On Sunday mornings in San Antonio, parishioners file into Spanish colonial missions, just as they have for the past three centuries. Integral in the founding and development of San Antonio as we know it today, Mission Concepción, Mission San José, Mission San Juan, and Mission Espada were constructed by Spanish missionaries in the 18th century.
Today, the Archdiocese of San Antonio operates the four active parishes in conjunction with the National Park Service, which manages the sites. A fifth mission, familiar to many as The Alamo, is run by the State of Texas and is the only one of the colonial missions that does not operate as a church.
In 2010, Old Spanish Missions of the Archdiocese of San Antonio raised over $15 million toward preserving the buildings. The funds have made possible current preservation efforts guided by Ford, Powell & Carson. Principal Carolyn Peterson, FAIA, who has worked on the missions since the 1960s, headed the recent restoration charge while also contributing to the proposal to include the buildings on the UNESCO World Heritage List. The completed restoration of Missions San Juan and San José, as well as an interior restoration of Mission Concepción, are helping to gain recognition for the buildings and the architects’ exquisite work.
The interior restoration of Mission Concepción required the removal and replacement of crumbling plaster. Although the structure was originally built during the 1730s and 1740s, the contemporary mission walls incorporate more-recent plaster from repairs done in the 19th and 20th centuries. Ford, Powell & Carson’s plan was to remove any loose plaster and replace it with a lime-based plaster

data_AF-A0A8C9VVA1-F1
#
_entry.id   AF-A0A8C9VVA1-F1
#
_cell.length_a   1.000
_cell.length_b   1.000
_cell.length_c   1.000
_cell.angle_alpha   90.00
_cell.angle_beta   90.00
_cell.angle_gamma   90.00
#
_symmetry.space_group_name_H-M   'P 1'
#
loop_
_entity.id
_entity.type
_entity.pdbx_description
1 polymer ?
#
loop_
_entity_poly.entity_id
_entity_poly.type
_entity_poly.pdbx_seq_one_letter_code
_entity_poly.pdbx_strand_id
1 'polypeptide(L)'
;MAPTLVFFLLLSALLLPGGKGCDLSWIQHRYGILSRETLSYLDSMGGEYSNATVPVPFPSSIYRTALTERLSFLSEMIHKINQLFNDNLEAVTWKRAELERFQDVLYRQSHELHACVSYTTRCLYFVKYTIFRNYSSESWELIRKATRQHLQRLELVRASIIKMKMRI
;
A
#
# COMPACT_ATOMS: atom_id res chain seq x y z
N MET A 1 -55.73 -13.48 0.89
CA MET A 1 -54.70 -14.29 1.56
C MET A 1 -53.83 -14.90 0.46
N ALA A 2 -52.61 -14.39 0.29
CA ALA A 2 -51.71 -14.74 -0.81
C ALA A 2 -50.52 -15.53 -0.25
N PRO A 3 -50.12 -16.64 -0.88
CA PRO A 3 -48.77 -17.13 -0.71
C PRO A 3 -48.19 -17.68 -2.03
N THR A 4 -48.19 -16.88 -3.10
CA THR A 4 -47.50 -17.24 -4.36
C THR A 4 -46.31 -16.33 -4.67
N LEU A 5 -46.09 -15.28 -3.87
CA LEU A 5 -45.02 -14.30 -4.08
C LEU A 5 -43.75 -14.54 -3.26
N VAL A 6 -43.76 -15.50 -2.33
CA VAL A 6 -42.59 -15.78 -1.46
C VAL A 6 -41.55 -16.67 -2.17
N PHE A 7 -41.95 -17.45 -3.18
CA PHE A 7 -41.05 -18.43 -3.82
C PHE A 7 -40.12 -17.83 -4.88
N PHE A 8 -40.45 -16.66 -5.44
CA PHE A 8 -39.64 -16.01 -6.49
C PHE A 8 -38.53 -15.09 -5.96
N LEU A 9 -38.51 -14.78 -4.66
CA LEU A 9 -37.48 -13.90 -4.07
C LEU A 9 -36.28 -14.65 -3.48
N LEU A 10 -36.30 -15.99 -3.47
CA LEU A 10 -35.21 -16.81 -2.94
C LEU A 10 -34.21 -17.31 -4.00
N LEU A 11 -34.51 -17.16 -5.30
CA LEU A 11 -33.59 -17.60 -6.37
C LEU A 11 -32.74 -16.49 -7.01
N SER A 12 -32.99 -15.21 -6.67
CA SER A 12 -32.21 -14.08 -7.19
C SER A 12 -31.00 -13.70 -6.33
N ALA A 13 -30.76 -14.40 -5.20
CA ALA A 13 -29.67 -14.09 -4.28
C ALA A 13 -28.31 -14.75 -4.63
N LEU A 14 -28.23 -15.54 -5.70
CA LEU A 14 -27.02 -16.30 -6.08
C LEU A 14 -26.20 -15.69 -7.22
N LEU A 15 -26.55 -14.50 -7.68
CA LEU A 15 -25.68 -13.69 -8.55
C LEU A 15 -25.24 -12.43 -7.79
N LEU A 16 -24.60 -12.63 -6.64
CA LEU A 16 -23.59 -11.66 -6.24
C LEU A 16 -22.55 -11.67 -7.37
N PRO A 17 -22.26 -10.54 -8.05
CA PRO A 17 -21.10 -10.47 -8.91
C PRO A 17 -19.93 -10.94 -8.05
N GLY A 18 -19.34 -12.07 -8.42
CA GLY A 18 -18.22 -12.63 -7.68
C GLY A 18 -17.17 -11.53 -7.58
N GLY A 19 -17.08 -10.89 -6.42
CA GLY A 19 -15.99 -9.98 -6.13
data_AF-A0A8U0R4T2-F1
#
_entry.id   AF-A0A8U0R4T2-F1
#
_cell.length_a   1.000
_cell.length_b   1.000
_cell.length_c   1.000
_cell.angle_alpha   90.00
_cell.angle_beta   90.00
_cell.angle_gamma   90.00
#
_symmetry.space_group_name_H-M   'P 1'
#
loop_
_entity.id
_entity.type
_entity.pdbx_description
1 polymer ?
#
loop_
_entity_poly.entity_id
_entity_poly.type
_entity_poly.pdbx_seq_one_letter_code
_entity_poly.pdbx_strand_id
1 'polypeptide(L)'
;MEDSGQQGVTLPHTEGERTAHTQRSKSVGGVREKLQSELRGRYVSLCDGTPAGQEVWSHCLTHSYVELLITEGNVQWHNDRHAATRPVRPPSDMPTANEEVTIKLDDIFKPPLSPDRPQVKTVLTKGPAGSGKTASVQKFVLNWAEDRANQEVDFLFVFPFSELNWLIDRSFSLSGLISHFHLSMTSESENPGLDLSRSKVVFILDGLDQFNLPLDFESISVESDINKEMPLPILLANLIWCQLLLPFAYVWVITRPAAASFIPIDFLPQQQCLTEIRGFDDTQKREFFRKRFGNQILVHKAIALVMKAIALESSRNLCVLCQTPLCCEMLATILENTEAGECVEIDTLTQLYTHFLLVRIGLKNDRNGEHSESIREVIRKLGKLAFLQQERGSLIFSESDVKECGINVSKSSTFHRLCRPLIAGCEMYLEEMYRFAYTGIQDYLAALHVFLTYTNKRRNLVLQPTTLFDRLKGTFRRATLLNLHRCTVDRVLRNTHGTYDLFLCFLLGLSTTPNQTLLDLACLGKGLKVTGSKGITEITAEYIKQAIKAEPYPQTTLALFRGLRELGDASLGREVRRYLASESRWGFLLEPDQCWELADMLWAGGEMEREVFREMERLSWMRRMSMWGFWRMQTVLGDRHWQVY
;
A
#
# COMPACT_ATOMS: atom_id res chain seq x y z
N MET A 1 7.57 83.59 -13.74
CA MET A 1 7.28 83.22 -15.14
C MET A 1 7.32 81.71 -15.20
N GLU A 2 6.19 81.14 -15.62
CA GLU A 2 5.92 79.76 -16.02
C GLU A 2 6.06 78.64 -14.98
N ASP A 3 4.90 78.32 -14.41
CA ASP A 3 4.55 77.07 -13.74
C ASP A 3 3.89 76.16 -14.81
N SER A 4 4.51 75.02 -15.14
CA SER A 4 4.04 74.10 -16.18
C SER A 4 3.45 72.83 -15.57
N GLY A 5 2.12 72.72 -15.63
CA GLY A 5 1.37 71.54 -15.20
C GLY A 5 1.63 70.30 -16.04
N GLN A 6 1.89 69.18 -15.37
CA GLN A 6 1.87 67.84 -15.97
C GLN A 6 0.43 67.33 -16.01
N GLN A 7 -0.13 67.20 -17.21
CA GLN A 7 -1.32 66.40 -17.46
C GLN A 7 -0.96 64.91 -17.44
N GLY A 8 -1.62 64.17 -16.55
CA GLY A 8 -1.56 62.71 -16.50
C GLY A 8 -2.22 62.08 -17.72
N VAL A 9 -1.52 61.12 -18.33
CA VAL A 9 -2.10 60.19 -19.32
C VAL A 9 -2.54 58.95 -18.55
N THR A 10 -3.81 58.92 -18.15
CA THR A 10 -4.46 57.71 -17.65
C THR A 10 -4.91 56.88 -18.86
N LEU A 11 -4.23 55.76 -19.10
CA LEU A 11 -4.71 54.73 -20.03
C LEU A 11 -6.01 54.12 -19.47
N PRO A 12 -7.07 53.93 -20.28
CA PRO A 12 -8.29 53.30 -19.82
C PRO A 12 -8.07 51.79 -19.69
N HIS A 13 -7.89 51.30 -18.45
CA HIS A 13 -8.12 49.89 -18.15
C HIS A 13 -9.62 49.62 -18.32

replicating the historic 19th-century plaster. However, as they began to work, they made an interesting discovery: remnants of Spanish frescoes on the original wall beneath the 19th-century plaster.
Restoration Associates of San Antonio was brought onto the project to perform a paint investigation. They began by removing the 19th century plaster from areas of the walls suspected to cover original frescoes. Where 18th century paint was discovered, Restoration Associates took photographs and analyzed the pigment in order to replicate the colors later. Remnants of the original frescoes were then consolidated by injecting an acrylic aqueous emulsion to reattach original paint flakes and loose plaster to the wall. The edges were then stabilized with lime putty, sand and microspheres.
Due to their delicate condition, much of the original artwork was recovered with plaster replicating the composition and texture of 19th century finishes. “However, in a few areas, the exceptional Spanish colonial frescoes were left exposed for public view,” explains Anna Nau, architectural conservator at Ford, Powell & Carson. These frescoes were cleaned with distilled water and ammonium carbonate.
The discovery of the original frescoes was fundamental to the overall restoration of Mission Concepción. When the interior was repainted at the conclusion of the project, the hues were mixed to match the pigments of the unearthed frescoes, creating a historically accurate backdrop for next Sunday’s mass.
Rebecca Roberts is currently pursuing a master’s degree in architecture at The University of Texas at Austin.
Article published in Texas Architect May/June 2013. This web version includes expanded content.